Happy I am that this is finally complete! The sleeve construction maybe shows better in this picture.If you squint at it you can just see the princess seams. Inside, there’s a sleeve head support, made from some scraps of lambswool and a light shoulder pad layered from scraps of  various woven wool cloth. The pattern for the shoulder pad was made by placing the front and back patterns together at the shoulder seam and drawing a curve from about 3 inches down the armscye on each side to a point on the shoulder about 3 inches in from the sleeve head. Then tracing off the armscye curve. The slightly crescent shape piece gets cut out several times, reducing the width on the curved edge on the layers, until there are enough pieces to get the thickness that seems right. The pieces were layered up over the shoulders of the dress form, so as to get a 3D shape for the pad, and hand tacked together. The sleeve head support for this strap sleeve was constructed slightly differently to the support you usually get in a set in sleeve; instead of a narrow roll of fabric at the top of the sleeve seam and a sleeve head support stitched in the sleeve head seam, I made the top strip the width of the strap and slightly longer than it, almost down to the level of the back and front balance marks, and cut a sleeve head support with a top shaped identically to the centre part of the sleeve head pattern, and the bottom edge boomerang shaped. I joined these  edge to edge with hand stitching, so as not to get a bulky seam ridge there.  It filled out the shape nicely, without making it rigid. My buttonholes were bound in the same black wool as the piping round the neck, centre front and sleeves. I generally mark buttonholes with masking tape, but this  wouldn’t stick to my wool interlining and Scotch tape barely stuck so reluctantly I ran two lines of hand tacking to mark and hold the interlining steady. With the facing on and the piping in place, its not so easy to tack through, picking up only the top two layers of fabric.  Here’s my tip for just these situations. Flexible polyethelyene cutting boards, sold for kitchen use to chop your veg save lots of time and your nerves any time you need to hand sew something to or through a top layer without either catching the underneath layer in your stitches or moving it out of the way. You can cut strips or pieces from them to slide between two layers (in this case between the garment and facing).  Its like having the work on a table, and you can stitch on your lap while watching tv without joining the work to your skirt, or cutting a hole in it when your attention wanders. They’re also just the right thickness to cut guides for pocket shapes, repeat appliqué shapes, patchwork pieces. I found mine in a local pound shop, but they’re pretty inexpensive on Amazon .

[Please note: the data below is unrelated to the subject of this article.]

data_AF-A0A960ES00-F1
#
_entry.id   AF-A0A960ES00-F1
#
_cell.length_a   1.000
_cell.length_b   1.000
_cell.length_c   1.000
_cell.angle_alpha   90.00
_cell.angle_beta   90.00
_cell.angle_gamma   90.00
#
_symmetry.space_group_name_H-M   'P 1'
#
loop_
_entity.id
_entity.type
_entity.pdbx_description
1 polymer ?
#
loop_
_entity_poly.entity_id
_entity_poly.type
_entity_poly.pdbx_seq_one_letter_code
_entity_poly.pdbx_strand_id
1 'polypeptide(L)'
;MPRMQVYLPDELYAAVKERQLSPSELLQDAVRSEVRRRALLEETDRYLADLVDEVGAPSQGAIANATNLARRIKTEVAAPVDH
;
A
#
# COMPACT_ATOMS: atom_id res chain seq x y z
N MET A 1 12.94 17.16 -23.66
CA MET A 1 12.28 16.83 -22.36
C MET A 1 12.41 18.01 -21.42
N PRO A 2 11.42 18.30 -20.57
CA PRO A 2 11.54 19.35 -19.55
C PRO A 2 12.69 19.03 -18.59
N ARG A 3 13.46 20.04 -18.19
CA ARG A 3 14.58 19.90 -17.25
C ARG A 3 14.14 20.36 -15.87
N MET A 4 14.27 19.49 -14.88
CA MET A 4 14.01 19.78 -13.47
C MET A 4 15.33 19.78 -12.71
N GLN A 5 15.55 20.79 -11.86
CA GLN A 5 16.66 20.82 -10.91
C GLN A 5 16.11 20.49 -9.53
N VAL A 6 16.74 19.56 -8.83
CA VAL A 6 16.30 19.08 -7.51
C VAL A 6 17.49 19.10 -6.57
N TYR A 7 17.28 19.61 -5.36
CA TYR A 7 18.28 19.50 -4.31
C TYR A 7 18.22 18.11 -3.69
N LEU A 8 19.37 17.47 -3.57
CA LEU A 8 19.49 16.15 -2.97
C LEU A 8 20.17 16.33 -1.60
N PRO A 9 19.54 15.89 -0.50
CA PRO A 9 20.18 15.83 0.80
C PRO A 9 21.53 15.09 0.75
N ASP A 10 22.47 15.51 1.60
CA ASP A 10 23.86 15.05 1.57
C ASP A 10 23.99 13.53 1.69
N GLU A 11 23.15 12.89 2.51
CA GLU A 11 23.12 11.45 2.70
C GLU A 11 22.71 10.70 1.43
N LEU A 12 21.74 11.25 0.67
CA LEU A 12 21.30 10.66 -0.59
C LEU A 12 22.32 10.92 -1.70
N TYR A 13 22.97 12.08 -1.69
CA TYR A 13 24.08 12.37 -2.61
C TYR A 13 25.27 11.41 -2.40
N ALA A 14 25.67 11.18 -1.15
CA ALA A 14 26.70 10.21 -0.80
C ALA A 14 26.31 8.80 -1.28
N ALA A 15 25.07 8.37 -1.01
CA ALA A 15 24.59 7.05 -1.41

The lining is in a man made Duppion. Exactly what ease I’d allowed in my lining went from my head during the delays in construction. Another reason to have a notebook in the sewing room. Pinning it on the dress form, I decided there was too much and chopped some off the CF. Well, you’ve guessed it, not a drafting error as it turned out. After it was all bagged out,  does anyone actually like bagging out linings by the way, it pulled the front piping inwards on, of course, the buttonhole side. The coat looked great from the top down to about four inches above the hem, when it went its own sweet way. Ripping and cursing, the lining had to come out, and now it has a strip of black satin between the facing and lining on that side – trying to pretend its a design feature, as seen in classier jackets.

I think it looks ok, now I’ve got over the pain of separating a very firm duppion from a fraying loose weave bouclé, stitch by tiny stitch.


About jay

I design and draft patterns
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